A Mockery of our National Anthem

No, not “Oh, Canada!”, “Hockey Night in Canada.”

As you may have heard, Canada’s most important theme song went through a bit of a controversy recently. After CBC refused to pay the $2 million requested by the royalty owner, CBC/TSN picked up the “perpetual royalties” to save the song. To any Canadian reading you understand that this was really big news in Canada: after many decades Hockey Night in Canada on CBC is going to to have to get a new theme song!!!

Being the resourceful people they are, CBC decided to run a contest for the new “Hockey Night” theme song. Great idea, until the part where they decided that entries could be submitted on the Internet and voted upon by people online.

Which bring us to SomethingAwful.com – the people who brought you “All Your Base Is Belong To Us,” among other Internet memes. Nothing good can come of this.

Enter “Hockey Scores,” the brilliant theme created by one of the SomethingAwful message board members. A fine mix of animal sounds an crying babies described as “A beautiful theme encompassing the heart of hockey.” Go ahead, listen to “Hockey Scores” here. Here’s the original thread about it at SomethingAwful.

So, of course, the  monkeys over at SomethingAwful go over to the CBC anthem site and vote it up, and it’s currently the highest rated entry with almost 100,000 views.

It was temporarily removed from CBC’s site (I guess somebody though it was a joke? no way), but was put back after vicious oposition from Internet netizens and protest videos on YouTube.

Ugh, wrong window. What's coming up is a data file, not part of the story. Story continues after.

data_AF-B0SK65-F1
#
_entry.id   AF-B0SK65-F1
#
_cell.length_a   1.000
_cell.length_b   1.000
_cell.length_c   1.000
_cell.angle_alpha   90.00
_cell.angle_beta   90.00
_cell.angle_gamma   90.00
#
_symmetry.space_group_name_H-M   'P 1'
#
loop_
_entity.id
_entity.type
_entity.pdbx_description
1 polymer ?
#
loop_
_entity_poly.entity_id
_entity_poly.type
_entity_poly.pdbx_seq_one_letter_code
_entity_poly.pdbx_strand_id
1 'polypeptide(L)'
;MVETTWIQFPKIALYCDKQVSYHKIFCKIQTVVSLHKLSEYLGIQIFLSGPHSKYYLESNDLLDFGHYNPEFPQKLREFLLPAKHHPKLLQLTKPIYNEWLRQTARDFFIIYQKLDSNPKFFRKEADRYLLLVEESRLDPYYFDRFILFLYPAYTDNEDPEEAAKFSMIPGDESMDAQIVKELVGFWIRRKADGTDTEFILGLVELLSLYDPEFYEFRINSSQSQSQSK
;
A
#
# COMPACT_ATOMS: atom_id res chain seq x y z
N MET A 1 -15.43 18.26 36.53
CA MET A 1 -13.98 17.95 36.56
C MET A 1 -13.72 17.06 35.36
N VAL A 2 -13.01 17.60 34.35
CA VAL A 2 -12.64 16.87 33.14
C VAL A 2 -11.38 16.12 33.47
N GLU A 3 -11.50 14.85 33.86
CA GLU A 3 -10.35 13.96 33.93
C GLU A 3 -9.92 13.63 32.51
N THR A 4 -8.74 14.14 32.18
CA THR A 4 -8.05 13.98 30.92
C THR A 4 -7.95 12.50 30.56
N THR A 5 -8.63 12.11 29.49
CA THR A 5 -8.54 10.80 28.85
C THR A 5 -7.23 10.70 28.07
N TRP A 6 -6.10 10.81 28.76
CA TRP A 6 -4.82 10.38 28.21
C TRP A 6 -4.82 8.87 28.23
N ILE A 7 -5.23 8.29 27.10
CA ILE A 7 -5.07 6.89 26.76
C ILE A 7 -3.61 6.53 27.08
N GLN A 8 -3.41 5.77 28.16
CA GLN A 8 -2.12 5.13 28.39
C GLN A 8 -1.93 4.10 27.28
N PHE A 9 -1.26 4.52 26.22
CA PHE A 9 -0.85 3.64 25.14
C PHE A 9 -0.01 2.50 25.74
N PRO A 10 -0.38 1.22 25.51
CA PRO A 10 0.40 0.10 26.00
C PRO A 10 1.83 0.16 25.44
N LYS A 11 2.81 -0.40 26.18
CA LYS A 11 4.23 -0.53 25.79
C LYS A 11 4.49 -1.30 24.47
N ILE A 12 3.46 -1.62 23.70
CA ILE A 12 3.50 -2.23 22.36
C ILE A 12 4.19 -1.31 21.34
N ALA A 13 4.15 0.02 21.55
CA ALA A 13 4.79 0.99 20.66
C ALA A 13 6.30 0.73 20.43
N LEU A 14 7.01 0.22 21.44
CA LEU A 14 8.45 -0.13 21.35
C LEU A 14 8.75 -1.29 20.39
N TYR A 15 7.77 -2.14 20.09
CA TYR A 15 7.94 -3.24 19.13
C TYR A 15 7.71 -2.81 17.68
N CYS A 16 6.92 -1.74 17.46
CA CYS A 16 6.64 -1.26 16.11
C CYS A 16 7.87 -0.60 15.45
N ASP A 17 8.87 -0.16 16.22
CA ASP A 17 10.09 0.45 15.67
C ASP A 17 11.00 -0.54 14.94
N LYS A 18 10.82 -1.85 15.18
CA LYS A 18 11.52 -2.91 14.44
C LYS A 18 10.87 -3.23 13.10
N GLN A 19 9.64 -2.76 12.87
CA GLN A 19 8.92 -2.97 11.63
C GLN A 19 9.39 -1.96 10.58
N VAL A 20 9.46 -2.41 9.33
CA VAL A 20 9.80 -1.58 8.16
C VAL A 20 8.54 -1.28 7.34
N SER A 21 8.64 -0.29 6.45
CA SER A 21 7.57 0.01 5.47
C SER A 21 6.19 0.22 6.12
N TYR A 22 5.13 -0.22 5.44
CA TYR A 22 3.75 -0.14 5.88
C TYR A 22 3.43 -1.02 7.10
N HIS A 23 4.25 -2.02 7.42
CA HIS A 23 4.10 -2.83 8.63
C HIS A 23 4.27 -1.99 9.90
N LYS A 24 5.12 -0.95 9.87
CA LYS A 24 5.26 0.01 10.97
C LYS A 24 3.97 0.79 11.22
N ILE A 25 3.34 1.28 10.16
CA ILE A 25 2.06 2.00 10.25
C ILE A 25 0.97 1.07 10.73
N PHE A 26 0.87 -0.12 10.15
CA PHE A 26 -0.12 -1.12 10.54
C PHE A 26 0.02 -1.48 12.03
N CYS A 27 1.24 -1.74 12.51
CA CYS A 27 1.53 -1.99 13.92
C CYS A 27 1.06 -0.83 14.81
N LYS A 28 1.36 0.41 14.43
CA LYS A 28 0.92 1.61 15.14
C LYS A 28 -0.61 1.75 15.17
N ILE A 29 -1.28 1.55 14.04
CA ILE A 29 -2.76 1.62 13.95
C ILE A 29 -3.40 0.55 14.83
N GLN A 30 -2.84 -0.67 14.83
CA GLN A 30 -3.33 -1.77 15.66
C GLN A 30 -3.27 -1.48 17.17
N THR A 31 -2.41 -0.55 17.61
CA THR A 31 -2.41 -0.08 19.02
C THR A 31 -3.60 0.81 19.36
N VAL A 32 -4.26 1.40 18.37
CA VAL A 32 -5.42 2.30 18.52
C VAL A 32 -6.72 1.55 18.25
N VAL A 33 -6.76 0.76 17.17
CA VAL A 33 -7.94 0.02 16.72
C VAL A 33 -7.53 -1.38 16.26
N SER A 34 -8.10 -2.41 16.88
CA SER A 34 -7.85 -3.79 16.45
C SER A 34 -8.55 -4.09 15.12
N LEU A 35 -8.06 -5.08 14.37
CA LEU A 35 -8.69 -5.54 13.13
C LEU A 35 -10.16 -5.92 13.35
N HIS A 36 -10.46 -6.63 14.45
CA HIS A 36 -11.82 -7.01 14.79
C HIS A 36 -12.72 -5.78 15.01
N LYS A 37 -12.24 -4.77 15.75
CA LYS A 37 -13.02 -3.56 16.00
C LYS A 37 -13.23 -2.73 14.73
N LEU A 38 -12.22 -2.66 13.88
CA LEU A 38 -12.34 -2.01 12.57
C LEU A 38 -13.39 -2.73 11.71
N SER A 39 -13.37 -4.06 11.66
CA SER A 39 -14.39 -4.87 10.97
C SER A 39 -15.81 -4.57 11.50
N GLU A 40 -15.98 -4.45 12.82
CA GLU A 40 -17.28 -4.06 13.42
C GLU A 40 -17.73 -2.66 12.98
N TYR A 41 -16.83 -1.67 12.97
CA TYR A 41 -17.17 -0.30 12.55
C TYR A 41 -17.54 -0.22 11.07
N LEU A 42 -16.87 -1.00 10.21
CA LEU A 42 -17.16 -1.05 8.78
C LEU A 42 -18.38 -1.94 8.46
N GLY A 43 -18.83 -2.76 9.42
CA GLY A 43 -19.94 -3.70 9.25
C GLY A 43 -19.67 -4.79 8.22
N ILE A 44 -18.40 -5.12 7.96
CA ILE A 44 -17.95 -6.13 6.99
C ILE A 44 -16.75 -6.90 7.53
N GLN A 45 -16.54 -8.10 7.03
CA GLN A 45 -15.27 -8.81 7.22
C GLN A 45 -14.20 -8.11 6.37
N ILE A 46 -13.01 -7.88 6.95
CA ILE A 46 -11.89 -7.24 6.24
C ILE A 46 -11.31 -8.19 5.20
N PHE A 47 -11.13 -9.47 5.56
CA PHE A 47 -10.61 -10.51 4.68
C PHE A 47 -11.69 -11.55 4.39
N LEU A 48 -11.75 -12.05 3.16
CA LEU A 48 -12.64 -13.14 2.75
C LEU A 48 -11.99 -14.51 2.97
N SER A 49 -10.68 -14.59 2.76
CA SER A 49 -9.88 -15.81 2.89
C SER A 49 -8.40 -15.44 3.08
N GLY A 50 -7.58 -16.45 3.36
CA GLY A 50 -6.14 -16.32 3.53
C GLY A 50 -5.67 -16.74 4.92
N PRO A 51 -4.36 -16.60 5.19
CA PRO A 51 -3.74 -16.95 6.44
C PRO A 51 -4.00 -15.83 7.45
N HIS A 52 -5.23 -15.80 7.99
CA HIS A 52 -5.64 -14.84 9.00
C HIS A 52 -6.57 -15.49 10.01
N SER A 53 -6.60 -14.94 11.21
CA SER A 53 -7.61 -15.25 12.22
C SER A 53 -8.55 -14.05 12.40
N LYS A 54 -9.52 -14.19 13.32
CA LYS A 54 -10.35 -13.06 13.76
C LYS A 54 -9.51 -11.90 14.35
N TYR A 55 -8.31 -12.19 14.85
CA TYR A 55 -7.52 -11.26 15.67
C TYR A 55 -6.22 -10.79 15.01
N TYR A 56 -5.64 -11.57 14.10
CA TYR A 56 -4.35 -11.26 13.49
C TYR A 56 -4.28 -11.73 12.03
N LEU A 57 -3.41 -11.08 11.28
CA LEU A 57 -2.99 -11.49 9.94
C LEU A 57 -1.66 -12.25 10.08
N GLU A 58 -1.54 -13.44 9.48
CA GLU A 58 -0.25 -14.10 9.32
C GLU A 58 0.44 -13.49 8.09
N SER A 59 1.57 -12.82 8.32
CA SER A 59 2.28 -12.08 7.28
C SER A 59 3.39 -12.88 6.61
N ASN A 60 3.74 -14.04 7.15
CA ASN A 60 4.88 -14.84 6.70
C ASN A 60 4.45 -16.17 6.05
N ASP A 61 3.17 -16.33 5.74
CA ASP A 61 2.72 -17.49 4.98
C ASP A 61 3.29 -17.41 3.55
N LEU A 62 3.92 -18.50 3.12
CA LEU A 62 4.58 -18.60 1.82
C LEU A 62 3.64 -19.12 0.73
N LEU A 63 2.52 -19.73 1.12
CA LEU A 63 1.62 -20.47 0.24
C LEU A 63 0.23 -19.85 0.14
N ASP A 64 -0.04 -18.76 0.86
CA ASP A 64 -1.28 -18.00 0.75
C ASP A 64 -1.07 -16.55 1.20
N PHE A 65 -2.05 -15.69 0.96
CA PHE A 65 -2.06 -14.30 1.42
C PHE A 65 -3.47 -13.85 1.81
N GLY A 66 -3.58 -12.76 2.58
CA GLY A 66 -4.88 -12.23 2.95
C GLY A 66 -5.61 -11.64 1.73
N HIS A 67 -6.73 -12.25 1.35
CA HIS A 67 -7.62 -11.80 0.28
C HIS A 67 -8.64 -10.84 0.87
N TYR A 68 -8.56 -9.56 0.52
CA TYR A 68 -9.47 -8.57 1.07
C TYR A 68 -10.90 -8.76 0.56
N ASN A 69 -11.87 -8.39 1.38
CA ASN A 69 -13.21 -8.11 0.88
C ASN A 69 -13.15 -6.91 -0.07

But it gets better: last week CBC television ran a news piece about the anthem contest and featured the “Hockey Scores” composer:


I don’t know how he managed to keep a straight face through this interview. “If you think this is one big joke, you’re wrong.” Pure comedy gold.

Thankfully CBC were smart enought to state in advance the anthem content is not a popularity contest: their judges will choose the winning theme.

Being Canadian

Sylvia and I were in Canada this weekend for my cousin Jeremy’s wedding. On the road down to Windsor we stopped at a good ol’ Canadian service station for a snack.

A Tim Horton’s medium double double and box of 10 Timbits.

Tim Horton\'s outside of Wendy\'s in Canada

Very Canadian. Though I was reminded that Tim Horton’s coffee is crap.

I also went to Canadian Tire to buy some duct tape.

Canadian TIre

And now we’re drinking Bloody Ceasers. Pretty authentic weekend.

One of these days I’m going to lose it!


As part of my very long daily commute from London to Cambridge (by the way, Brits LOVE talking about commuting for some reason), I cycle from the Cambridge station into my office. A nice 15 minute ride through the centre of town.

Cycling is really popular in Cambridge. It seem that there are about one – maybe two – billion bicycles at Cambridge station (the photo only shows one lot). It’s quite difficult to find a spot to lock my bike sometimes so in the evenings I put it wherever I can and then run to catch my train back to London. Many times – especially after it’s been a while – I forget where I parked. This makes for a fun game of “find the bike” in the mornings.

In the mornings you’ll often see some sorry souls, dressed up in full bike gear, pacing up and down the rows at Cambridge station trying to find their cycle. Unfortunately bikes sometimes get stolen, so the worst people to watch are the ones who have been there for a while as it slowly sinks in that their bike is no longer there (and that’s why I lock mine with two different locks).